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Lady Bird


Any number of coming-of-age films are brought to mind by actor Greta Gerwig’s charming debut as solo writer/director.

But the delightful and insightful Lady Bird achieves flight in its own unique way, just like the aerodynamically unorthodox ladybug the title tips to. You know, the bug that’s not supposed to be able to fly but does anyway?

People doubted Gerwig’s filmmaking ambitions, since she’s best known as the loveably daffy star of such modern amusements as Frances Ha and Mistress America. She went ahead anyway and made one of the funniest and most heartfelt movies of 2017, a film that really gets inside the outsider feeling of growing up.

It’s no accident at all that Saoirse Ronan’s title rebel in Lady Bird, a Gerwig-inspired character Ronan makes her own, chooses Stephen Sondheim’s “Everybody Says Don’t” as her cheeky audition for a high school musical.

At 17 going on 18, Christine “Lady Bird” McPherson feels under siege, not just from her randomly dyed red hair, her stubborn adolescent acne and her misfortune of living with her cash-strapped family in Dullsville, a.k.a. Sacramento, Calif., in 2002.

Her frazzled mom (Laurie Metcalf), annoying older brother (Jordan Rodrigues) and inquiring school principal (Lois Smith) are all on her case. Only her dad (Tracy Letts) seems to be on Lady Bird’s side — and he’s fighting a bad case of depression, humbled by an economic downturn that has left him unemployed and embarrassed by his perceived failings as a breadwinner. Mom has to work double shifts as psych ward nurse.

Lady Bird also has the pesky problems of an affordable college to choose and virginity she’s eager to lose, the latter with the assistance of her shy boyfriend Danny (Lucas Hedges) — or is she really more interested in the inscrutable slacker Kyle (Timothée Chalamet)?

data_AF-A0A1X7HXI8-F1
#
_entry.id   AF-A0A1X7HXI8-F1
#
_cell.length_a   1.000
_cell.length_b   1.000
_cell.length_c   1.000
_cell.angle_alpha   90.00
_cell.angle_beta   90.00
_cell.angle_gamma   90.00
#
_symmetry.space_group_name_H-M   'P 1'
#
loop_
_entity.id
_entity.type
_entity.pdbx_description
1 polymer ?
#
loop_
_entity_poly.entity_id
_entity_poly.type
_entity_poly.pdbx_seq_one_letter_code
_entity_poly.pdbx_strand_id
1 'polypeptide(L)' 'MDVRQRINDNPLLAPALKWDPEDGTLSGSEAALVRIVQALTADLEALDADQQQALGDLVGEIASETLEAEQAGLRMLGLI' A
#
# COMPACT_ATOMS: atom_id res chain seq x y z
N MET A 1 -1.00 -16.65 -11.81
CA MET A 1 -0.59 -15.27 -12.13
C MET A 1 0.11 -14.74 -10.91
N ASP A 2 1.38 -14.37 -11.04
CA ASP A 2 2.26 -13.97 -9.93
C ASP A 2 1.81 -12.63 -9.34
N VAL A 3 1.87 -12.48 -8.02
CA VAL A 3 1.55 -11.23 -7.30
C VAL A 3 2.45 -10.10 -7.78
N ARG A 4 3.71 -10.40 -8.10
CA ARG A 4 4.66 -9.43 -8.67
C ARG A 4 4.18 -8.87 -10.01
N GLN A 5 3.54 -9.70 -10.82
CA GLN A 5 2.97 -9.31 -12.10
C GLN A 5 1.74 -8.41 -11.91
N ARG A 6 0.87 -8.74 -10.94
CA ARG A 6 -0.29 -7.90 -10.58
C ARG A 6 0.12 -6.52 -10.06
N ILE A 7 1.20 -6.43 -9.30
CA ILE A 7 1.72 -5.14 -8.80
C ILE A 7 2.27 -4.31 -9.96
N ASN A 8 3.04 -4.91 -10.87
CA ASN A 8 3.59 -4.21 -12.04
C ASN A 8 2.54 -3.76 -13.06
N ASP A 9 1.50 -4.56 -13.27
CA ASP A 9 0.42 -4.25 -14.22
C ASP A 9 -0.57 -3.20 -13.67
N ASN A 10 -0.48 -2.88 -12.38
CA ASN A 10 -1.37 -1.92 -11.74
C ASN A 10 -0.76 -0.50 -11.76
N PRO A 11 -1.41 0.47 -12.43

Ronan is a riot as the wilful Lady Bird, her most lived-in role yet, as a kid trying hard to turn “nope” into hope. She’s sure to court Best Actress consideration, one of many potential kudos for this 2017 screen highlight.

Picture, directing and screenwriting honours beckon for Gerwig, and possibly supporting-actress nominations for Metcalf and Smith, the two mother figures in Lady Bird’s life, who always mean well even if they don’t always deliver on it.

There’s much hidden love, too, in how Gerwig’s keen eye manages to make her hometown Sacramento look good, better than Lady Bird would ever admit. One perfectly just-so scene places the teen inside a colourful wall mural, like a distaff Where’s Waldo? You never know what you’ll find when you embrace “do” instead of “don’t.”

Courtesy: Peter Howell, Toronto Star


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Directed by: 
Greta Gerwig
Running Time: 
94 minutes
Saoirse Ronan, Laurie Metcalf, Tracy Letts, Timothée Chalamet, Lucas Hedges
Screenplay by: 
Greta Gerwig

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